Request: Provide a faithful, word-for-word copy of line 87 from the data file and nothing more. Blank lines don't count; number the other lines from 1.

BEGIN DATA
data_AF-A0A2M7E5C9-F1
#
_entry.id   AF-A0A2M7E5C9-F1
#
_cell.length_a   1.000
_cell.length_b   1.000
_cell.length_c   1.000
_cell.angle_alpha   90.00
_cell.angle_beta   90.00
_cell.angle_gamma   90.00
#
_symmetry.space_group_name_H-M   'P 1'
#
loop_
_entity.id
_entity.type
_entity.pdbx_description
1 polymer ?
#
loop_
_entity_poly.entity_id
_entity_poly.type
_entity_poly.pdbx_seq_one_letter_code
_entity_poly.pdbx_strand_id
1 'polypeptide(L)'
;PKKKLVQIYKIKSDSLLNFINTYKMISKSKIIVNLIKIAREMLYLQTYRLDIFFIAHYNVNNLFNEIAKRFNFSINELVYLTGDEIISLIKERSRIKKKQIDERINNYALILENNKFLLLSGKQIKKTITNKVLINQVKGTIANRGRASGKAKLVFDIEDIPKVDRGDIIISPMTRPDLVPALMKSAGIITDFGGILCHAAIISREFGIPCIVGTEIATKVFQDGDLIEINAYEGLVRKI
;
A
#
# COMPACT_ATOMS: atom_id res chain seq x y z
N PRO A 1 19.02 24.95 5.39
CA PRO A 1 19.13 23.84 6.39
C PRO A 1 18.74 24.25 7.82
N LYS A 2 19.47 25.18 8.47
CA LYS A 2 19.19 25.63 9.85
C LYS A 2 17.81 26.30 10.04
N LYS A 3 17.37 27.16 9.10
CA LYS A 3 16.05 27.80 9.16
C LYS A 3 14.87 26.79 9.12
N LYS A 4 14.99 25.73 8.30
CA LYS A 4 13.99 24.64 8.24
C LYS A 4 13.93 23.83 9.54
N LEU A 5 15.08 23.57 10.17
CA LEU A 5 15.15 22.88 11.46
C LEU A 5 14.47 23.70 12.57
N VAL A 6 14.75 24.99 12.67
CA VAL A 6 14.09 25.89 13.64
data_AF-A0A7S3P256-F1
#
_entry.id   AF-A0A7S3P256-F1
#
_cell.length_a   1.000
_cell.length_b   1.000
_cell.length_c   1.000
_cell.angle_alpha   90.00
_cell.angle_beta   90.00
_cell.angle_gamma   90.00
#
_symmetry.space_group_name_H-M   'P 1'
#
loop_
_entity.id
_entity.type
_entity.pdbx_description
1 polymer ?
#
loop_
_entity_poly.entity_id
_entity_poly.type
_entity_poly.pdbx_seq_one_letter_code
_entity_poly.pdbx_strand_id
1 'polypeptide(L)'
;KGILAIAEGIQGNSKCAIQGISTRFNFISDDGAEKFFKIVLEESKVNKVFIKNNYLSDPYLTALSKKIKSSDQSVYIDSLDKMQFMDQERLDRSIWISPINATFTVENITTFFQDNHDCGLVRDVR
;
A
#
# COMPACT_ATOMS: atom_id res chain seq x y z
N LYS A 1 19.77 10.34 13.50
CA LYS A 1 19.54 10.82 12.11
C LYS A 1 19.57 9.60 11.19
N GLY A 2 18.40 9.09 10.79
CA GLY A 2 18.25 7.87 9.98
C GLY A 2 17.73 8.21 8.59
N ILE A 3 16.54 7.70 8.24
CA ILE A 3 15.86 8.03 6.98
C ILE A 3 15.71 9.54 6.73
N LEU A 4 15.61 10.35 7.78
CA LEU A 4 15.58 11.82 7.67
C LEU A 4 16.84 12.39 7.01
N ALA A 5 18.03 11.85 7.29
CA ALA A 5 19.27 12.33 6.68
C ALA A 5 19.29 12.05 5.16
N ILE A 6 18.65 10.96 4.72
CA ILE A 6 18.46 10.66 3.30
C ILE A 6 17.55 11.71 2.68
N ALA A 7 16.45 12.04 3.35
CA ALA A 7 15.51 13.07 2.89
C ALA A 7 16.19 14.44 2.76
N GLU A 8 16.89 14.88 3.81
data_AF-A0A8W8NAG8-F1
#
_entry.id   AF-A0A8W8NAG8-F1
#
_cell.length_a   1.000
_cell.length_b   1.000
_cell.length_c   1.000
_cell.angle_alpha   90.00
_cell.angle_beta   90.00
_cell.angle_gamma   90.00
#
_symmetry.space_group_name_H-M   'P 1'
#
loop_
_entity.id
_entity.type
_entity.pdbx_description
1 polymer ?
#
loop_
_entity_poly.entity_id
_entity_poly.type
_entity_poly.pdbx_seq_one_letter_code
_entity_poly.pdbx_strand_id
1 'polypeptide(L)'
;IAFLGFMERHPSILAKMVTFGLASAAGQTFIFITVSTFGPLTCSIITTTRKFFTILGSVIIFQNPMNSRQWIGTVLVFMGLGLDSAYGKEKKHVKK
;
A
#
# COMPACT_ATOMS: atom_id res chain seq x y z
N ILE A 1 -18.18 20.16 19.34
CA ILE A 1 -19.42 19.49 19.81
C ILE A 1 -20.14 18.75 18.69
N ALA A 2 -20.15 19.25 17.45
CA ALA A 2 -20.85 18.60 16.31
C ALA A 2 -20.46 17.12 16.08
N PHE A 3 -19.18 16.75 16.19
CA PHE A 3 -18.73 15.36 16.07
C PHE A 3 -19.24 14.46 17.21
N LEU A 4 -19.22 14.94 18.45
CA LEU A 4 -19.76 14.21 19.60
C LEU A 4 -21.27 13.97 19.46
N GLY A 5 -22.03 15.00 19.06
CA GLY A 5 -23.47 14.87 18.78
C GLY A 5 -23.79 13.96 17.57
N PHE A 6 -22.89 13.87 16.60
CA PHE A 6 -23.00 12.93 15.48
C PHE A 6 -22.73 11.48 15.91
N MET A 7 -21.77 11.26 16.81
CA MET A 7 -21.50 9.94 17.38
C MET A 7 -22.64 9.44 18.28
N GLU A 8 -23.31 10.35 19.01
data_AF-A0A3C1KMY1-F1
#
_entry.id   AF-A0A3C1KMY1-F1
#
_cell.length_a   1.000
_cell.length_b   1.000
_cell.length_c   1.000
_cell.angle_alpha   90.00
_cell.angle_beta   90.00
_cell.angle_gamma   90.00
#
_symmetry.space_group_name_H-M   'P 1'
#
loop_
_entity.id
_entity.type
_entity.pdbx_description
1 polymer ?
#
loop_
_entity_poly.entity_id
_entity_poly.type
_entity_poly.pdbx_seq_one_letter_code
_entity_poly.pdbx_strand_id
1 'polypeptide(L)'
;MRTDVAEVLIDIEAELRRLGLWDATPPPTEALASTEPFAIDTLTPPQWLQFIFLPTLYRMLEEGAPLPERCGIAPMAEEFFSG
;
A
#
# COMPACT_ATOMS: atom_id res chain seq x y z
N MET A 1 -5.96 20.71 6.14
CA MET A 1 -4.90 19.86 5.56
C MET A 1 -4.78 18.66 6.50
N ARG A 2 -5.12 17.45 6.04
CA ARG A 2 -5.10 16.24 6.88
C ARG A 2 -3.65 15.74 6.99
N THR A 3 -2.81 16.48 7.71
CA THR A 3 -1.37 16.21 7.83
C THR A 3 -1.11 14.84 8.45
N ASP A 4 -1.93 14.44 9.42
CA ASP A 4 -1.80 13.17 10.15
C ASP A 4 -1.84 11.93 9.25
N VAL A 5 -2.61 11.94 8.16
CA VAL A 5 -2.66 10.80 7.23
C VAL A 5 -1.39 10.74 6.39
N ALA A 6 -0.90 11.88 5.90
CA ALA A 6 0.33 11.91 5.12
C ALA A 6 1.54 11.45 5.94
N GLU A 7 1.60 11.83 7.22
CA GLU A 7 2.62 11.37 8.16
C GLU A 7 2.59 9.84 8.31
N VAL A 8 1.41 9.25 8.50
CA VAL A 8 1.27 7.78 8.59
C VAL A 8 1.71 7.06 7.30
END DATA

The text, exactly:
N LEU A 4 15.61 10.35 7.78